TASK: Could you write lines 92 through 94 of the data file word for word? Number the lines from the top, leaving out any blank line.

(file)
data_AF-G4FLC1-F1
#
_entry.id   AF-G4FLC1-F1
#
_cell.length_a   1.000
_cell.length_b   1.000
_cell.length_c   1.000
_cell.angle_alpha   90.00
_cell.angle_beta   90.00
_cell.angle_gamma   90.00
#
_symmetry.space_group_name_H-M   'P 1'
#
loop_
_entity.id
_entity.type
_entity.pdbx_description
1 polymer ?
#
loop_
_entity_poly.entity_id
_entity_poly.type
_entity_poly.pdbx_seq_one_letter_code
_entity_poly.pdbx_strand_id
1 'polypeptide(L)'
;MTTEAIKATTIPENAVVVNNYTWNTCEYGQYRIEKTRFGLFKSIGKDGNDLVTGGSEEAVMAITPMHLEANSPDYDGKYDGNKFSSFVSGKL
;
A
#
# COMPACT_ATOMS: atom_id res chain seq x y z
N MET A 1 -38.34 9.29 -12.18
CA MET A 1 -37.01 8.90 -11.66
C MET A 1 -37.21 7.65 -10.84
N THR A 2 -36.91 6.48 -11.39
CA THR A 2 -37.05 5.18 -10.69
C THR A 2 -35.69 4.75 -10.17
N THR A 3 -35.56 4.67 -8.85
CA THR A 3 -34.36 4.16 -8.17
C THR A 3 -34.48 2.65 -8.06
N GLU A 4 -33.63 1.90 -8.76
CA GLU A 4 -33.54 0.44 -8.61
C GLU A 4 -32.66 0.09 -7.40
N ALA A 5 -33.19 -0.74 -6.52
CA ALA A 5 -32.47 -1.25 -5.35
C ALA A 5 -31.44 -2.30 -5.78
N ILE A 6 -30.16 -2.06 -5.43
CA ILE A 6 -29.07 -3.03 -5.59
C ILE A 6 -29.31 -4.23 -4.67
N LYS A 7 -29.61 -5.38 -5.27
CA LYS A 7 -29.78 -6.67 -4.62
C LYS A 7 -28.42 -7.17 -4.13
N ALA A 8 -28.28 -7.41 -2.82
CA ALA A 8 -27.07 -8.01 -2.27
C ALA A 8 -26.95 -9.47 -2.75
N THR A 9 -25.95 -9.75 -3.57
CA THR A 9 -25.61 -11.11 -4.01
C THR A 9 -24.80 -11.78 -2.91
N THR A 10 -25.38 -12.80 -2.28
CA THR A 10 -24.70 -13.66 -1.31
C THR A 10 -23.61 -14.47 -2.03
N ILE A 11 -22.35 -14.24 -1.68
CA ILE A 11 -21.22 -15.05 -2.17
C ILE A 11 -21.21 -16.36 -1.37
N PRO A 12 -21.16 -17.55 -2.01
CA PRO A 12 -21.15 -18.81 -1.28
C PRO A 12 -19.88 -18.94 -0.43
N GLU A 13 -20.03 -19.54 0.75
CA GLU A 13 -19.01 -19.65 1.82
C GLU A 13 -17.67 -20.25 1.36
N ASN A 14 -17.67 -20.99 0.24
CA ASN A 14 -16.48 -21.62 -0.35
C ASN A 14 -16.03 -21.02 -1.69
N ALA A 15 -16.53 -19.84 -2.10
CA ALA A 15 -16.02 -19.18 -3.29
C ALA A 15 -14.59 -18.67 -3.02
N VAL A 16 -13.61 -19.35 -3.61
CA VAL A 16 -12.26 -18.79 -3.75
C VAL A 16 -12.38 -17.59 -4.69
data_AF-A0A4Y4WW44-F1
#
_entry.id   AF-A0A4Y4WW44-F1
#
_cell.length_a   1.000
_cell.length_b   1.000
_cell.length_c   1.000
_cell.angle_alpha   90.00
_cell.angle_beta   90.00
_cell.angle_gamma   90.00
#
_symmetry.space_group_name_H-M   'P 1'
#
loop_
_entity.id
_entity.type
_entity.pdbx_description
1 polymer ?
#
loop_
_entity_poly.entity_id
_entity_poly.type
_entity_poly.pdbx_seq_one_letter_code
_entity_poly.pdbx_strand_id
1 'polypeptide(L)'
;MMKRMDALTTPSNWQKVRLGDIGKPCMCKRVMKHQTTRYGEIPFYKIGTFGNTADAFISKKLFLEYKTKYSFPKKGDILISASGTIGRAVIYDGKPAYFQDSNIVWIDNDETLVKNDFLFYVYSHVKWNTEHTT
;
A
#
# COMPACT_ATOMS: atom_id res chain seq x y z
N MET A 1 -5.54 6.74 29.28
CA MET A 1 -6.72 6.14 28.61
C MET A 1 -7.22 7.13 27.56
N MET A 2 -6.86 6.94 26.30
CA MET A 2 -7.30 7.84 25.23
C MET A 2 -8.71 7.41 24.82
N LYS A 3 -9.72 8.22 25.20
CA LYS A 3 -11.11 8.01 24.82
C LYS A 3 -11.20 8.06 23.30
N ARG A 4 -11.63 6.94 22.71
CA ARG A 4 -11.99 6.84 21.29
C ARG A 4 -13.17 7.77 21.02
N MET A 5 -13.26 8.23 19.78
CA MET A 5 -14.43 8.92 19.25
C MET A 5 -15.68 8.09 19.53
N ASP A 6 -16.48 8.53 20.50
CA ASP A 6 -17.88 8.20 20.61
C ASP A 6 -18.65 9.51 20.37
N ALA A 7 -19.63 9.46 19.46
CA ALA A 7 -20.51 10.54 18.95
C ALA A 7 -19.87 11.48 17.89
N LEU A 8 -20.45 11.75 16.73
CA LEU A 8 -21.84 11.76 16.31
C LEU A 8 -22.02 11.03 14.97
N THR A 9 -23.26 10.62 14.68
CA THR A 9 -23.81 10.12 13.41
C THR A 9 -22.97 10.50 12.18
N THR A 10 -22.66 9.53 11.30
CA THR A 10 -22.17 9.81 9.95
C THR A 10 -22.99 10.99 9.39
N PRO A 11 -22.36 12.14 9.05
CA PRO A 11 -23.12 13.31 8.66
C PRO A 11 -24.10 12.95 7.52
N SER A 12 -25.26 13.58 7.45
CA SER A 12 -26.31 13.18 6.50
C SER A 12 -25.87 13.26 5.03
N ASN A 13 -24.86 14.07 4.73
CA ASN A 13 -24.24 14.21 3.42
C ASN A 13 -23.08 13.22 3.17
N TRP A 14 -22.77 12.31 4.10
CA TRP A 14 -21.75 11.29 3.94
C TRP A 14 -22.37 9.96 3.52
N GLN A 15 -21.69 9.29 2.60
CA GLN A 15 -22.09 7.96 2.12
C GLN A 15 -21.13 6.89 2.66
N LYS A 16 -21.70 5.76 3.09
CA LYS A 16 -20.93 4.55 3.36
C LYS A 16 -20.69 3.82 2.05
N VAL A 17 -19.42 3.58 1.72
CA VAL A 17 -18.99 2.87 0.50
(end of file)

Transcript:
loop_
_entity.id
_entity.type